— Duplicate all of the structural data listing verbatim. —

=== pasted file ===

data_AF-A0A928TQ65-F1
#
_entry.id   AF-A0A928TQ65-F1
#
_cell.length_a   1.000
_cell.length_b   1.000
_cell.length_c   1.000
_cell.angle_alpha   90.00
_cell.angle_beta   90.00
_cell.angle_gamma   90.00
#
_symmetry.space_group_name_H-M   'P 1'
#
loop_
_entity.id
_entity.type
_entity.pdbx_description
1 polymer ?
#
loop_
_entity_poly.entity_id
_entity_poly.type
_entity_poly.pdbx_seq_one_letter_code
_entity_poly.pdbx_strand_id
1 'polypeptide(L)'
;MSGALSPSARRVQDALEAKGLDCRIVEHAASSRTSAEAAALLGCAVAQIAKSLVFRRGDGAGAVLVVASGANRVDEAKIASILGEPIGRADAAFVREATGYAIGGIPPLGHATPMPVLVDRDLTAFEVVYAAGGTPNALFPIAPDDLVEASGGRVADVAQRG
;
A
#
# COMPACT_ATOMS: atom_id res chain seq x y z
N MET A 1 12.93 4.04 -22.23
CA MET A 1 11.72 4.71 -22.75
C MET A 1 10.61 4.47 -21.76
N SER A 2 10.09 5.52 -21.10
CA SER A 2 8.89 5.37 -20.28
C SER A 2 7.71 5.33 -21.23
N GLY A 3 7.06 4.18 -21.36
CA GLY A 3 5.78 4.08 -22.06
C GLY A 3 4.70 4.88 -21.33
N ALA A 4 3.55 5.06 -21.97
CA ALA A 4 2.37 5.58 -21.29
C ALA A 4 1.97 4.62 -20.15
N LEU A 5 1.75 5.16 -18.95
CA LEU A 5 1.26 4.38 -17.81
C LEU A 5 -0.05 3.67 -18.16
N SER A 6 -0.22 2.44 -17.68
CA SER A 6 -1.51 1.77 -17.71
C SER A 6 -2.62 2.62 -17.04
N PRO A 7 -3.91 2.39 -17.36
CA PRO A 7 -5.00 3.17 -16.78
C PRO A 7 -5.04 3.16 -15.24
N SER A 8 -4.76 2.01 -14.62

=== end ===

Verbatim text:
data_AF-A0A928TQ65-F1
#
_entry.id   AF-A0A928TQ65-F1
#
_cell.length_a   1.000
_cell.length_b   1.000
_cell.length_c   1.000
_cell.angle_alpha   90.00
_cell.angle_beta   90.00
_cell.angle_gamma   90.00
#
_symmetry.space_group_name_H-M   'P 1'
#
loop_
_entity.id
_entity.type
_entity.pdbx_description
1 polymer ?
#
loop_
_entity_poly.entity_id
_entity_poly.type
_entity_poly.pdbx_seq_one_letter_code
_entity_poly.pdbx_strand_id
1 'polypeptide(L)'
;MSGALSPSARRVQDALEAKGLDCRIVEHAASSRTSAEAAALLGCAVAQIAKSLVFRRGDGAGAVLVVASGANRVDEAKIASILGEPIGRADAAFVREATGYAIGGIPPLGHATPMPVLVDRDLTAFEVVYAAGGTPNALFPIAPDDLVEASGGRVADVAQRG
;
A
#
# COMPACT_ATOMS: atom_id res chain seq x y z
N MET A 1 12.93 4.04 -22.23
CA MET A 1 11.72 4.71 -22.75
C MET A 1 10.61 4.47 -21.76
N SER A 2 10.09 5.52 -21.10
CA SER A 2 8.89 5.37 -20.28
C SER A 2 7.71 5.33 -21.23
N GLY A 3 7.06 4.18 -21.36
CA GLY A 3 5.78 4.08 -22.06
C GLY A 3 4.70 4.88 -21.33
N ALA A 4 3.55 5.06 -21.97
CA ALA A 4 2.37 5.58 -21.29
C ALA A 4 1.97 4.62 -20.15
N LEU A 5 1.75 5.16 -18.95
CA LEU A 5 1.26 4.38 -17.81
C LEU A 5 -0.05 3.67 -18.16
N SER A 6 -0.22 2.44 -17.68
CA SER A 6 -1.51 1.77 -17.71
C SER A 6 -2.62 2.62 -17.04
N PRO A 7 -3.91 2.39 -17.36
CA PRO A 7 -5.00 3.17 -16.78
C PRO A 7 -5.04 3.16 -15.24
N SER A 8 -4.76 2.01 -14.62